The annual proposed rule for Medicare home health services, which the Centers for Medicare & Medicaid Services (CMS) released in June, includes an estimated 4.2% or $810 million decrease in aggregate payments. The rule would apply to calendar year 2023.
An analysis of the rule from the National Association for Home Health & Hospice (NAHC) revealed that 44% of home health agencies would operate at a loss in 2023 if the rule moved forward as proposed. The home health industry reacted strongly to the news and jumped into action to halt the proposed cuts.
“The stability of home health care is at risk because of CMS proposing the application of a fatally flawed methodology for assessing whether the Patient Driven Groupings Model led to budget neutral spending in 2020 and later years,” said William A. Dombi, president of NAHC.
“In its actions, the administration is undermining providers’ ability to deliver these critical services. … CMS is unfairly assuming all providers are bad actors. This is not acceptable,” said Katie Smith Sloan, president and CEO of LeadingAge.
“Considering that access to home-based care has become increasingly important to the health and safety of American seniors, it is very troubling that CMS would propose such steep rate cuts for next year and potentially even deeper cuts in the future,” said Joanne Cunningham, CEO of the Partnership for Quality Home Healthcare.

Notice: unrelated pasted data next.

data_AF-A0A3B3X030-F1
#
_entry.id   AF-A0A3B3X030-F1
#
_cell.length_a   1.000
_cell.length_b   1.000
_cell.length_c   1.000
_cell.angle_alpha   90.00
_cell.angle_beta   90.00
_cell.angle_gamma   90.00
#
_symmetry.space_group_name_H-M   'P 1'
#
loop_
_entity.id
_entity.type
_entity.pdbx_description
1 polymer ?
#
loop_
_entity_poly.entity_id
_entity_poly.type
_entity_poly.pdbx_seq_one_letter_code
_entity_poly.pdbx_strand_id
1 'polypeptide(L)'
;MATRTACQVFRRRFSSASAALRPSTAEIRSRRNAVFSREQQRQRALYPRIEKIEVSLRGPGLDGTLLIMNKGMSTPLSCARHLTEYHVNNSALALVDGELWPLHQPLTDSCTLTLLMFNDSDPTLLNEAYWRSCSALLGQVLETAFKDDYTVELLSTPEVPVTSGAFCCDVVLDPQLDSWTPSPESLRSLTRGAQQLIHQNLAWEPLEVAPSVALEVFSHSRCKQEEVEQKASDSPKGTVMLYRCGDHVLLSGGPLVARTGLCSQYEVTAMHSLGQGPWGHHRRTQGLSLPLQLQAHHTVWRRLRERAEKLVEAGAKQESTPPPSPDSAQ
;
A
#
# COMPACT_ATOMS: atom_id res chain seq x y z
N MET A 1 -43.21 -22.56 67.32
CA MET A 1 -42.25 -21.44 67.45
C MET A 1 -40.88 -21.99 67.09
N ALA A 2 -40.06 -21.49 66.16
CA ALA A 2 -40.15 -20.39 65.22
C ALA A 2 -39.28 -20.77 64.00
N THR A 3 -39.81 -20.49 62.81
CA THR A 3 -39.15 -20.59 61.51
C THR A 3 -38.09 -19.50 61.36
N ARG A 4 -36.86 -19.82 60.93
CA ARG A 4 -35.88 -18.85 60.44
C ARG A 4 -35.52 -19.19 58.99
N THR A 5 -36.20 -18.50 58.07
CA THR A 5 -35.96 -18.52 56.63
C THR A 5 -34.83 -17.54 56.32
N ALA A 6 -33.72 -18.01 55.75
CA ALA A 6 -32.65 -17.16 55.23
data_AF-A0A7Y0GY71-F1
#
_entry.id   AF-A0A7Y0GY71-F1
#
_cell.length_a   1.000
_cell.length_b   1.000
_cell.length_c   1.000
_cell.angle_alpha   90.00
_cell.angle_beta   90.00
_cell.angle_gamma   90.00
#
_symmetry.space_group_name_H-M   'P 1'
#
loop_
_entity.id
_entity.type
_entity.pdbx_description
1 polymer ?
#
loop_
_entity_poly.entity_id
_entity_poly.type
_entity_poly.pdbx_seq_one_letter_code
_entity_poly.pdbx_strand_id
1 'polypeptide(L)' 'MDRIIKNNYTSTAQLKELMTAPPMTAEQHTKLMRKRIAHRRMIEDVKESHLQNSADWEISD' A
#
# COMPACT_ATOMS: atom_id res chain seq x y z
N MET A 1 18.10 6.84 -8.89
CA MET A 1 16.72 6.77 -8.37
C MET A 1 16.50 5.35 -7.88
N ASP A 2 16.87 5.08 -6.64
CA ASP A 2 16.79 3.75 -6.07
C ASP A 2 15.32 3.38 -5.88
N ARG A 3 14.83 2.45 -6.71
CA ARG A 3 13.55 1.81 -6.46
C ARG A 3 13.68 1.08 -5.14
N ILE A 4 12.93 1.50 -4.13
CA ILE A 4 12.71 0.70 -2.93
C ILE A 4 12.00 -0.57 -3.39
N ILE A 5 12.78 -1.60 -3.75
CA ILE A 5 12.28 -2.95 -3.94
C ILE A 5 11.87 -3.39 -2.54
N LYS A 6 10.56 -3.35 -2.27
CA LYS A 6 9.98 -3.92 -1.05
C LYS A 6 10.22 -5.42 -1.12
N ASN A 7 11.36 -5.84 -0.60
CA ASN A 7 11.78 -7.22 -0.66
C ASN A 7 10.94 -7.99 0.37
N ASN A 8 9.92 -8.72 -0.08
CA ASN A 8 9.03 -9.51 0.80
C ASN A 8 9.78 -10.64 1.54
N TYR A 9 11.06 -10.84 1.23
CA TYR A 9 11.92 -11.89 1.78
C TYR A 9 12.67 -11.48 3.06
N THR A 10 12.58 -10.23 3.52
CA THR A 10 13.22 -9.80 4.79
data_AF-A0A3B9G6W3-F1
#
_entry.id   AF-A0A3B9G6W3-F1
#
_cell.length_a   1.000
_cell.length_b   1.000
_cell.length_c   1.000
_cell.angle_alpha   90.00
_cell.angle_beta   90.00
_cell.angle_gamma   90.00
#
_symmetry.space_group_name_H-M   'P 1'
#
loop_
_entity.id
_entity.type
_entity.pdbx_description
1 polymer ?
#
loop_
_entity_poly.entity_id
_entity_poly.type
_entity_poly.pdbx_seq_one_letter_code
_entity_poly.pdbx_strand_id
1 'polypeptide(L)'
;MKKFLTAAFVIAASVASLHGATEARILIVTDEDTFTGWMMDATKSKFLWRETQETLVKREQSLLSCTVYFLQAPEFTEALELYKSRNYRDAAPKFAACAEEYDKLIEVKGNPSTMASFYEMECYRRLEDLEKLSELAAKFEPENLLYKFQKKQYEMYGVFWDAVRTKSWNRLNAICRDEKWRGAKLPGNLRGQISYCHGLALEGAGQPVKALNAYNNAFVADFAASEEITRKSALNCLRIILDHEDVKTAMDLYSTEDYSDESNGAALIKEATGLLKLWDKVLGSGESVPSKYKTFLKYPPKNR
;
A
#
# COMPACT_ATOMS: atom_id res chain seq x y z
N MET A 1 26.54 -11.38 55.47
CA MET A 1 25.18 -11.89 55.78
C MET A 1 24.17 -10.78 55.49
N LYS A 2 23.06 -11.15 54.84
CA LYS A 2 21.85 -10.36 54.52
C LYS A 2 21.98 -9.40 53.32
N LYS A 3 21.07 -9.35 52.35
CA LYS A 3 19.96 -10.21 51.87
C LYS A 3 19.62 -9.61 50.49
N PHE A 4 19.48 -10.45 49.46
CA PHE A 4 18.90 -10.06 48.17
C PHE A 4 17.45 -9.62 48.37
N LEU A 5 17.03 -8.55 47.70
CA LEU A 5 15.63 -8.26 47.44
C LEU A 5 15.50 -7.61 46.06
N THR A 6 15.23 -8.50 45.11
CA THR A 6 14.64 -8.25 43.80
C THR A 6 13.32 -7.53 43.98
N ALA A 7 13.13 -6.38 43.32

In late July, Sens. Debbie Stabenow (D-Michigan) and Susan Collins (R-Maine), introduced the Preserving Access to Home Health Act. A House version of the bill soon followed, initially sponsored by Rep. Terri Sewell (D-Alabama).
If passed, the act would freeze current Medicare reimbursement rates for home health through 2026, but requires any make-up payments discovered then to be paid by 2032 in order to keep everything within the current 10-year budget cycle. It focuses solely on the payment issue, not on other adjustments in the proposed rule. The bill is designed to be budget neutral.
NAHC said the introduction of the bill in late July was a strategic move, designed to get the ball rolling before Congress recessed for and public comments closed mid-August. The goal is to influence CMS to adjust the rule. If not, the language could go into a budget reconciliation package or legislation regarding the public health emergency. The bill’s provisions did not make it into the recently passed Inflation Reduction Act.
Why it Matters
In the face of massive staffing shortages and rising costs, more than 1,000 agencies have closed in recent years, cutting access to home health care for more than 300,000 Medicare beneficiaries. Increased cuts would harm agencies’ ability to staff up and cover the growing demand for their services.
Did you know?
The Partnership for Quality Home Healthcare conducted a poll in late July that found 76% of registered voters over age 65 would be less likely to support their member of Congress if they were in favor of making these cuts to Medicare home health services.